Case study:Forest Halt, Saltburn Valley Gardens
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- 1 Project overview
- 2 Image gallery
- 3 Catchment and subcatchment
- 4 Site
- 5 Project background
- 6 Reasons for river restoration
- 7 Measures
- 8 Monitoring
- 9 Additional documents and videos
- 10 Additional links and references
- 11 Supplementary Information
|Project web site|
|Themes||Economic aspects, Flood risk management, Social benefits|
|Main contact forename||Peter|
|Main contact surname||Batty|
|Main contact user ID|
|Contact organisation||RAB Consultants|
|Contact organisation web site||http://www.rabconsultants.co.uk/|
|Parent multi-site project|
| This is a parent project
encompassing the following
The initial scope of the project was to assess the overall structural and hydromorphological condition of the watercourse running through Saltburn Valley Gardens to identify areas on potential improvement.
Three areas were identified as requiring intervention within the gardens where the part of the watercourse was beginning to effect infrastructure, namely the miniature railway line and the public car park or deposition is severely reducing the capacity of the channel. Given the lack of infrastructure surrounding the remainder of the watercourse this will be left to its natural processes. The first of the areas is located at the downstream end of the watercourse, at the confluence of Skelton Beck, Millholme Beck and the sea. At this location rapid erosion is taking place of the right-hand bank due to frequent inundation and the diversion of flows caused by silt deposition upstream, the second area of interest. The third area of interest and focus of this entry, is an area at the upstream end of the gardens adjacent to the final platform of the Saltburn Miniature Railway. This rapid response watercourse was regularly inundating the miniature railway and washing away both river bank and the sub base the tracks are laid on. The erosion was taking place on the outside of a sharp bend in the watercourse and various methods had pervious been tried to halt the erosion. All of these has subsequently failed leaving an area of bare earth with embedded pieces of gabion basket and other failed erosion protection measures.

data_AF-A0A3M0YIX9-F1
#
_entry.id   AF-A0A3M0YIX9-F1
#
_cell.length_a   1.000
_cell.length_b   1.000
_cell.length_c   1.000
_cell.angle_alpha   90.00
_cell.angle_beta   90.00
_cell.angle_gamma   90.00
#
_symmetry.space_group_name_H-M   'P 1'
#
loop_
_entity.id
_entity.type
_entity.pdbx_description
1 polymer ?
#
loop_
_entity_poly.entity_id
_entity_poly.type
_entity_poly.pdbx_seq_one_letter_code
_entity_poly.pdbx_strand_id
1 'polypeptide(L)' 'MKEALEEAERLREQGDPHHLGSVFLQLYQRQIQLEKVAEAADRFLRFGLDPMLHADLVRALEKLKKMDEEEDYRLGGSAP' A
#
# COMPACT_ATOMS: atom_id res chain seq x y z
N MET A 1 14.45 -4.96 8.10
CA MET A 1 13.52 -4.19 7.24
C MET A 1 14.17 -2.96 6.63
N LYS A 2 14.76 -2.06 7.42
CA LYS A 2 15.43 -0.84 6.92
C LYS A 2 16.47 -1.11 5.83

A feasibility study was then undertaken considering the following options:
Use of local tree root balls to be imbedded in the bank with willow revetment
Use of vegetated bags with large stone revetment
Inclined gabion stone baskets.
Sheet piles with coir matting, willow faggots and rock rolls
A matrix scoring each option against environmental, economic and technical criteria was created and option 5 was selected offering erosion protection, flood protection and environmental benefits.
Detailed design, specification, construction drawings, method statement and environmental risk assessment were produced to allow the flood risk activity permit to be granted and the contractor to undertake the work. The works were undertaken in line with the methods statement approved by the Environment Agency which included a number of silt curtains and use of biodiesel.
Monitoring surveys and results
Catchment and subcatchment
Select a catchment/subcatchment
Cost for project phases
Reasons for river restoration
Hydromorphological quality elements
Biological quality elements
Physico-chemical quality elements
Additional documents and videos